To that end, I recently had the opportunity to introduce Representative Aaron Schock (R-IL-18) at the March 19, 2013, policy roundtable on GME and physician workforce put on by the Alliance of Specialty Medicine. Just days earlier, Rep. Schock, along with Rep. Allyson Schwartz (D-PA-13), introduced the Training Tomorrow’s Doctors Today Act (H.R. 1201), a piece of legislation intended to address physician workforce issues by expanding funding for Medicare sponsored residency positions.
Expanding Residency Training
Over the next five years, the Training Tomorrow’s Doctors Today Act would expand Medicare funding for residency training by 15,000 slots – 3,000 positions for each year. The slots will be divided into two groups. One-third of all available positions will be reserved for a “cap-relief pool.” These positions will be allocated to hospitals that already train residents in excess of their Medicare funded positions. Hospitals receiving assistance through this pool must train at least 30% of their residents in primary care and general surgery. The legislation distributes the remaining two thousand slots under the “priority pool.” The order of priority for disbursement is:
- Hospitals with at least 40% of their graduates in primary care over the previous 5 years
- Hospitals in states with medical schools that have opened since 1997
- Hospitals eligible for electronic health record (EHR) incentive payments
- All other hospitals
The U.S. Department of Health and Human Services must distribute slots to higher priority facilities before lower priority facilities. Hospitals may apply for positions in both pools; however, they may not be awarded more than seventy-five total positions in a given year. Overall, 50% of new residency positions must be awarded to primary care. The other 50% must be awarded to a designated “shortage specialty” as determined by the 2008 Health Resources and Services Administration workforce report until a new report is completed.
In addition to expanding available residency slots, the Training Tomorrow’s Doctors Today Act commissions a variety of studies that examine GME and the physician workforce. The studies include:
- Health and Human Services is to examine Medicare GME payments utilizing hospital reported data on how they use GME funding.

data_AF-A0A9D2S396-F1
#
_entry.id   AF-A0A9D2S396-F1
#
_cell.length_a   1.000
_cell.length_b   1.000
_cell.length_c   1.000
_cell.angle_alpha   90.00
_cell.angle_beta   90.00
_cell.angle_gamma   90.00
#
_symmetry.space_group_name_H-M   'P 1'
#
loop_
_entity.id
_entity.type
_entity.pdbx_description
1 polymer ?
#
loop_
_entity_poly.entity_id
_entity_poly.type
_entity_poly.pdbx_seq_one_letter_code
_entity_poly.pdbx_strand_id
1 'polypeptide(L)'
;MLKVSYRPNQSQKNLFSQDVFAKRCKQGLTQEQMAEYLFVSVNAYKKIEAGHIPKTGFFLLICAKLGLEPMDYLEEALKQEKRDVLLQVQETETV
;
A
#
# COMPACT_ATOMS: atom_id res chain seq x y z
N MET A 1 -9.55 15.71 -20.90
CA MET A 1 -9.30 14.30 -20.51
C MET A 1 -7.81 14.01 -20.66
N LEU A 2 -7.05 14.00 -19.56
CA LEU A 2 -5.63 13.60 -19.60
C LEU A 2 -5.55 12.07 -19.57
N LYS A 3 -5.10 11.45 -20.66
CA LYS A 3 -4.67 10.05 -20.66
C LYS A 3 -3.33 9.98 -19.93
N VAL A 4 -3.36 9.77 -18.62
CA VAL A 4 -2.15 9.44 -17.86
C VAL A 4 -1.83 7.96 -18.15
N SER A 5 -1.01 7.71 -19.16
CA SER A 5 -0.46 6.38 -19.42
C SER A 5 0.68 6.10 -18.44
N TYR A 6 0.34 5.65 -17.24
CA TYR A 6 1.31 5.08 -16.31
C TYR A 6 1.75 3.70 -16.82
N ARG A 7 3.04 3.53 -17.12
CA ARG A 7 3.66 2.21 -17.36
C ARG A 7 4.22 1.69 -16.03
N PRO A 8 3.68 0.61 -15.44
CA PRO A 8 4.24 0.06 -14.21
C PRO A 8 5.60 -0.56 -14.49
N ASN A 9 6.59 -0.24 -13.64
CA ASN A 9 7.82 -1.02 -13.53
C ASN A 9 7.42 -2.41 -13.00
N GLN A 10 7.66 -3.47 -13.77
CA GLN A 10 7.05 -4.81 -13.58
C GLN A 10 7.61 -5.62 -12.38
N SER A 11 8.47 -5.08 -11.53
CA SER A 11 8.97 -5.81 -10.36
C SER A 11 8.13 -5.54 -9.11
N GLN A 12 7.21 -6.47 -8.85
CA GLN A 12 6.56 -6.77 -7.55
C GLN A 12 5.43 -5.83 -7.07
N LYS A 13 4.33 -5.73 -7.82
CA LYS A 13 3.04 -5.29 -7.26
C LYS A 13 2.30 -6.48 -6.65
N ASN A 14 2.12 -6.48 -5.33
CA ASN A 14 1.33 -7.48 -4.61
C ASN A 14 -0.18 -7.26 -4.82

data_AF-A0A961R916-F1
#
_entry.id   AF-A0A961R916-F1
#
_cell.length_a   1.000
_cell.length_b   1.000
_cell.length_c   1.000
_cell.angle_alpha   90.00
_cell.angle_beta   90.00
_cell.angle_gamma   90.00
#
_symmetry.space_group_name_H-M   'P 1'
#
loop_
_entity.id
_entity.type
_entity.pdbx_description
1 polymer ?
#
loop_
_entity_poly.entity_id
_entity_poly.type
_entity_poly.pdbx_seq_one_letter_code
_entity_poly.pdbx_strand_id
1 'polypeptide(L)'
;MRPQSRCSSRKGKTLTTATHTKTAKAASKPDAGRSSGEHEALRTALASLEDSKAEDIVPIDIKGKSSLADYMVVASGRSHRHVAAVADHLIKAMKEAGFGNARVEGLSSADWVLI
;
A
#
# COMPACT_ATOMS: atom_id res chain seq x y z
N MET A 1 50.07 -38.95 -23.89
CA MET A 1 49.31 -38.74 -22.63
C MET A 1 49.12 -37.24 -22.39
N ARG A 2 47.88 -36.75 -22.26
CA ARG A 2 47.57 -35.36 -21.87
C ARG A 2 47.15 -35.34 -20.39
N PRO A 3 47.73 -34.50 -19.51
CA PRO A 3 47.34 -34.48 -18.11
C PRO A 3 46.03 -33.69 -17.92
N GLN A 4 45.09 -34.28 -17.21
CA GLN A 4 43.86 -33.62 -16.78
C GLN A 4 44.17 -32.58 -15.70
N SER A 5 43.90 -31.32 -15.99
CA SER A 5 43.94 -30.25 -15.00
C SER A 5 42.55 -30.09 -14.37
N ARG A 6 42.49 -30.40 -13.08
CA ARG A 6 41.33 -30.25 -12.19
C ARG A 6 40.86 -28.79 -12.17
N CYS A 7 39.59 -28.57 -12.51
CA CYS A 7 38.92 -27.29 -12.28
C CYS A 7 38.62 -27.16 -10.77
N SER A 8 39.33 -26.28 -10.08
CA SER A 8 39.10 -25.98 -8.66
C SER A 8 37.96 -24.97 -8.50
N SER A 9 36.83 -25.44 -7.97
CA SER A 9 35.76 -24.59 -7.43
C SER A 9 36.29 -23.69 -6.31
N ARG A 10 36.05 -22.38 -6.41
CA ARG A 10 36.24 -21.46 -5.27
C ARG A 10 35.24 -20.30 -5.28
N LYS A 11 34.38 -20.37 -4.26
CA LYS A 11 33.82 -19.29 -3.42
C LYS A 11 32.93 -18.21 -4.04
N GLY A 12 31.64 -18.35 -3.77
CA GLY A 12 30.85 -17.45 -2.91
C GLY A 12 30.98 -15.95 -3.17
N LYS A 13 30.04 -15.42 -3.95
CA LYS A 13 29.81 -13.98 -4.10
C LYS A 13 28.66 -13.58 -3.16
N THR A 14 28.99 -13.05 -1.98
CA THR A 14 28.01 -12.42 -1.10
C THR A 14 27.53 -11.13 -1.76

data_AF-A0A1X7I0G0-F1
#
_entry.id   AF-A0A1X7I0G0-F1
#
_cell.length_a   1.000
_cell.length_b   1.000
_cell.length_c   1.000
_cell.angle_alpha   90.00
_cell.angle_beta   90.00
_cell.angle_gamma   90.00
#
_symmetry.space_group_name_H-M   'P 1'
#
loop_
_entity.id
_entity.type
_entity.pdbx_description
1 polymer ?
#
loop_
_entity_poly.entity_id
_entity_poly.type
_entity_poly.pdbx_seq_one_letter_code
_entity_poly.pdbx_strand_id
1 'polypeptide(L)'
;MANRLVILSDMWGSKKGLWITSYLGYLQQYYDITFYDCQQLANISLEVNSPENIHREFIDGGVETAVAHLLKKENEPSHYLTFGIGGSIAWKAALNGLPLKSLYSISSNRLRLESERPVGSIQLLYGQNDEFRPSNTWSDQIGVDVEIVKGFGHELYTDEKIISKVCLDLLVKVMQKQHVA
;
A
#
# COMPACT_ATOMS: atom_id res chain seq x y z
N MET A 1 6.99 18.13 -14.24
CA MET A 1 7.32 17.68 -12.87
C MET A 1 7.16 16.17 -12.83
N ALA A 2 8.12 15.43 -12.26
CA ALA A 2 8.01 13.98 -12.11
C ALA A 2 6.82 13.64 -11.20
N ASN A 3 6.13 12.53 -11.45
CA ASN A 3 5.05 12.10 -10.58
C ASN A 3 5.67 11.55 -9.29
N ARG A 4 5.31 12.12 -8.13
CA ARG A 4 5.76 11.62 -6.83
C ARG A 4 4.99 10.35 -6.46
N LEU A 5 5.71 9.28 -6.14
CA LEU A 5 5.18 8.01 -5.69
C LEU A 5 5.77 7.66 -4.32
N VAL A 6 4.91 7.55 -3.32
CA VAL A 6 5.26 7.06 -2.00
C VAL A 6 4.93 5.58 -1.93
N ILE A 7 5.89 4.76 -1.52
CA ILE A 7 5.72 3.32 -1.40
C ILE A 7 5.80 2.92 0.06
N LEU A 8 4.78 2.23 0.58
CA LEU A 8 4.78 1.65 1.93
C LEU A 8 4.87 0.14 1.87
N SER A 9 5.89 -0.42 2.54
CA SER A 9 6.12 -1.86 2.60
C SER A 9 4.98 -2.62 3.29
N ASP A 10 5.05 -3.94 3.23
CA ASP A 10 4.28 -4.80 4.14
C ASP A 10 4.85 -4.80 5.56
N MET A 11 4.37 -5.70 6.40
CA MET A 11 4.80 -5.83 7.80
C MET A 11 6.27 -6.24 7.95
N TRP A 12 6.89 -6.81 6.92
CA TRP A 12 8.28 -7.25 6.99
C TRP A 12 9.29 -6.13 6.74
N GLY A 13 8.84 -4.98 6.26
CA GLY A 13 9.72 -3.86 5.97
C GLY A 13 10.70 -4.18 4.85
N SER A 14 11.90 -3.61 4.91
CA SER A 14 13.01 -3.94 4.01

- The Government Accountability Office (GAO) will report on the physician workforce by January 1, 2014. This report is to provide an update on medical specialties facing a physician shortage.
- The GAO will investigate strategies for increasing the diversity of healthcare professionals.
- The GAO will study and report on how well physicians are caring for older adults.
At the same time that Representatives Schock and Schwartz introduced H.R. 1201, Senator Bill Nelson (D-FL) and his co-sponsors Sens. Charles Schumer (D-NY) and Harry Reid (D-NV) introduced similar legislation in the U.S. Senate. Though there are differences, at its core, Senator Nelson’s legislation, S. 577, the Resident Physician Shortage Reduction Act of 2013, is similar to the bills in the House of Representatives, as it also provides for 15,000 additional residency positions over the next five years.
Contact Your Representatives
At the Alliance of Specialty Medicine policy roundtable on GME and physician workforce, Rep. Schock noted that the looming physician shortage is an avoidable crisis and that constituent support is needed for this legislation. Though he believes that support will come, especially as people experience the consequences of the Affordable Care Act and limits on access to physicians, this is an issue on which neurosurgery needs to be a leader. In that spirit, I hope that you will take the time to contact your senator or representative and ask them to support H.R. 1201, the Training Tomorrow’s Doctors Today Act and S. 577, the Resident Physician Shortage Reduction Act.
With your help, we can prevent tomorrow’s physician workforce shortage crisis today!